I used half whole wheat pastry flour and half all-purpose, but you can substitute all-purpose for the pastry flour. You can also add citrus zest, nuts, and dried fruit, but then it won't be an...
The Dirty Dozen and Buying Organic
Even if you haven't bought into the organic lifestyle wholesale (and there's much debate over how accurate/honest the organic label really is), you might be wondering if there's something to it. I mean, even if you're not paranoid about pesticides, herbicides, fungicides and the like, there's just something slightly worrisome about the thought of invisible toxins lurking on your salad greens or strawberries.
Of course, you should always, ALWAYS wash your fruits and veggies before you eat them, whether or not they're organic, conventional, pre-washed, or ripped-from-the-earth-dirty. Even consciously grown produce can harbor surface contaminants that a quick wash will remove.
Also bear in mind that eating lots of produce, organic or not, is much healthier than not getting enough fruits and veggies. So if you can't afford organic at all, don't let that get you down. Just take the time to wash your produce before cooking with it or eating it.
For those wanting to go the extra mile without having to sell their firstborn to go totally organic, there is middle ground. As it turns out, some produce is more likely to have higher pesticide residues than others. What this means is that you can spend a few extra bucks on certain items and save money on others.
The aptly named "dirty dozen"--produce more likely to have higher pesticide residues--changes slightly every year, so it's a good idea to keep on top of which fruits and veggies make the list. A quick search on the Internet will tell you what this year's dirty dozen is, and often, right beside this list is another telling you which fruits and vegetables tend to have the lowest pesticide residues.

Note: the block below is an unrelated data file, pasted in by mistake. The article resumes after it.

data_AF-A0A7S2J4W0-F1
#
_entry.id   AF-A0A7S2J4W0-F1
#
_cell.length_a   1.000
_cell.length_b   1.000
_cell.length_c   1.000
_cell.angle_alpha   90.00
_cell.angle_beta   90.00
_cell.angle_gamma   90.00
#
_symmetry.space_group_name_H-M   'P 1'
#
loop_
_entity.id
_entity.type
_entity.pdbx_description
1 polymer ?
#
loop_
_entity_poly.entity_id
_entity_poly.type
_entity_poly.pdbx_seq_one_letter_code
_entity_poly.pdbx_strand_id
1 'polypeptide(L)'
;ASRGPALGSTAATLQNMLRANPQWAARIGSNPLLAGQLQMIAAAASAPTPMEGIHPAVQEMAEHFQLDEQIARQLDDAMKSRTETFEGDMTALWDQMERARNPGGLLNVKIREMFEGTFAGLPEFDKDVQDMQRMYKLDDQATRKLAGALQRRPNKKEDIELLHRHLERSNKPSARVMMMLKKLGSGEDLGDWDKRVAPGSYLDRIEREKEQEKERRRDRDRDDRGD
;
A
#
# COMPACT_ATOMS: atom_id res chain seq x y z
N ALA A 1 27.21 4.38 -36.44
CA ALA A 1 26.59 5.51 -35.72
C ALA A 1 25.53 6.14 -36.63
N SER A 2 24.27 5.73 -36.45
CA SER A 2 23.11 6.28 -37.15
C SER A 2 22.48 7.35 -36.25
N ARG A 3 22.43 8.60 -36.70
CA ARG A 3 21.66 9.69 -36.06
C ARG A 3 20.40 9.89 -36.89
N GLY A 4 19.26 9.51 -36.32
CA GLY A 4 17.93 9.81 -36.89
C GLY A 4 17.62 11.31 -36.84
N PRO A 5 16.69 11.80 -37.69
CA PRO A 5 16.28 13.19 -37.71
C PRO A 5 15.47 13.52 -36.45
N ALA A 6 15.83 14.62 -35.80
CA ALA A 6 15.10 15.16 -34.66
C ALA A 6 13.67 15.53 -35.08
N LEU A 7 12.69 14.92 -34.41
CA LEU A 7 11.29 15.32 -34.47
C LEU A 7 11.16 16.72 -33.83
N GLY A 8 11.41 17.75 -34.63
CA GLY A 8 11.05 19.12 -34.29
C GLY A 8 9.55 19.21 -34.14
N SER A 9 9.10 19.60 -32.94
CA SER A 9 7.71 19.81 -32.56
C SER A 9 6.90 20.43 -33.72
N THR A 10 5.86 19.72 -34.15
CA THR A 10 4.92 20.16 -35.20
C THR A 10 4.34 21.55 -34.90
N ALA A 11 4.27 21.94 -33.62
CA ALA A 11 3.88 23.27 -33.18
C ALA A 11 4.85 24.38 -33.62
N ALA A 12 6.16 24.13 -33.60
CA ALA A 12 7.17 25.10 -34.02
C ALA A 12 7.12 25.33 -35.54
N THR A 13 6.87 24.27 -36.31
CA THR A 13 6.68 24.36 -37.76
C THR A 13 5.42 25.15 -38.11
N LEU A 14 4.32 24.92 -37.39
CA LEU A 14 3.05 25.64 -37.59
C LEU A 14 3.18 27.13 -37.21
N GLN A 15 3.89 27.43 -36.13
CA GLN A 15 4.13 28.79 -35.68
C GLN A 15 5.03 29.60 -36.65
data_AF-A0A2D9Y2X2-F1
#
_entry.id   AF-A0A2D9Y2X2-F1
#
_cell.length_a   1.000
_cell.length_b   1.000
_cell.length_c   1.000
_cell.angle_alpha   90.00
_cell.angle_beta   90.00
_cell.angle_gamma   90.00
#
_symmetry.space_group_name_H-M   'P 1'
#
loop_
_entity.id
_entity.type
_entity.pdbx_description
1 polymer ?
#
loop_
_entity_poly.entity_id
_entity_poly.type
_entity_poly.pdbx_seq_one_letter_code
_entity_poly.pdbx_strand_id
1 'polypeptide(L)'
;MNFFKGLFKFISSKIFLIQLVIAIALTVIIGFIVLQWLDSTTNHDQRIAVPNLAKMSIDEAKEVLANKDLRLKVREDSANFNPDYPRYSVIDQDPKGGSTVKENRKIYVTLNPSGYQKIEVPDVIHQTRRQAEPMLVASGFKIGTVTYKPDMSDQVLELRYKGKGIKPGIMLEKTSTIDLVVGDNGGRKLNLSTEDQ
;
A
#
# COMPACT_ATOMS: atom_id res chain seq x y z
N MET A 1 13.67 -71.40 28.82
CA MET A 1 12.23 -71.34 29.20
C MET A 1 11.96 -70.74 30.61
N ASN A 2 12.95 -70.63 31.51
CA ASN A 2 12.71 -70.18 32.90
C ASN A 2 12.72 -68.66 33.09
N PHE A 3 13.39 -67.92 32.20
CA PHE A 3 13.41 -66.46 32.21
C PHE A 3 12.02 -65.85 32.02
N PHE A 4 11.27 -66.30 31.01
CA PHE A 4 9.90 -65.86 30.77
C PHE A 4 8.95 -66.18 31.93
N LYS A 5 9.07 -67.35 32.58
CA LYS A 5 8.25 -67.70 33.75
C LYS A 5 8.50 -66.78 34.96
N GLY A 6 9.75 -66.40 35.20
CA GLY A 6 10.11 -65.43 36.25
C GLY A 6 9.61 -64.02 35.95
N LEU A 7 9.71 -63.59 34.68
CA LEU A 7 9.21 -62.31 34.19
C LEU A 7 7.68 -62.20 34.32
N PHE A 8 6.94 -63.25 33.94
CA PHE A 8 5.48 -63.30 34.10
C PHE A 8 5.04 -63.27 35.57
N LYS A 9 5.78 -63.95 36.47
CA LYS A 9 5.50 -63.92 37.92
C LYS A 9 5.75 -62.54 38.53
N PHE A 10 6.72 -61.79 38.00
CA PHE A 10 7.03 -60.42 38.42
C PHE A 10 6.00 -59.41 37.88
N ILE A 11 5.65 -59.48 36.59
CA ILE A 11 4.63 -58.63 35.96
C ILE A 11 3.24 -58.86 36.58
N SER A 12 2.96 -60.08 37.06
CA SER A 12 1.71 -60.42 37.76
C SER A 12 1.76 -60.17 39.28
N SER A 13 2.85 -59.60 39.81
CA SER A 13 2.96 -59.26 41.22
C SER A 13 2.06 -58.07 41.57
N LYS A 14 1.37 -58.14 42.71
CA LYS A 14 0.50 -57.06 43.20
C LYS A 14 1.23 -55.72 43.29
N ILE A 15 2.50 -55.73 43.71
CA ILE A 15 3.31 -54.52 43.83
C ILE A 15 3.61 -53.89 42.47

Some produce you may want to buy organic includes apples, celery, bell peppers, peaches, strawberries, nectarines, grapes, spinach, lettuce, cucumbers, blueberries, potatoes, green beans, and cooking greens (kale, collards, and the like). Copy the names of these vegetables onto an index card that you keep in your wallet or pocketbook, or keep them on your smartphone. This way, you won't be struggling to remember them when you're at the supermarket and strapped for time.
Try to find a farmer's market near you. In all likelihood, you'll find a predominance of organic produce, and it will likely be cheaper than at a supermarket. Many farmer's markets these days accept food stamps and credit or debit cards, too. Not only that, but you'll have a much better time stocking up on beautiful produce in the open air than you ever would at a grocery store. As spring approaches, look into CSA programs (Community Supported Agriculture) in your area. The concept is simple: you pay up-front for a season's worth of produce which you pick up every week at one of several drop off locations of their choosing. This is a great way to cook your way through the season, and often, farmers will give their CSA customers dibs on the prettiest produce.
If you're even more hardcore (I suppose in this instance my grandfather qualifies as "hardcore"), you might consider planting a small garden. While some of the dirty dozen crops can't be grown just anywhere (grapes and nectarines, for instance), others are well-suited to the home garden. What's more, you'll learn a lot more about produce than you thought possible, and you'll appreciate the food you've grown way more than something you just throw in your buggy at the grocery store. Even city-dwellers and those with busy schedules can plant an herb garden or a small salad garden.
Most importantly, do what suits your family and budget. Make small changes as you can and take advantage of your local farming community. You'll learn and taste a lot in the process.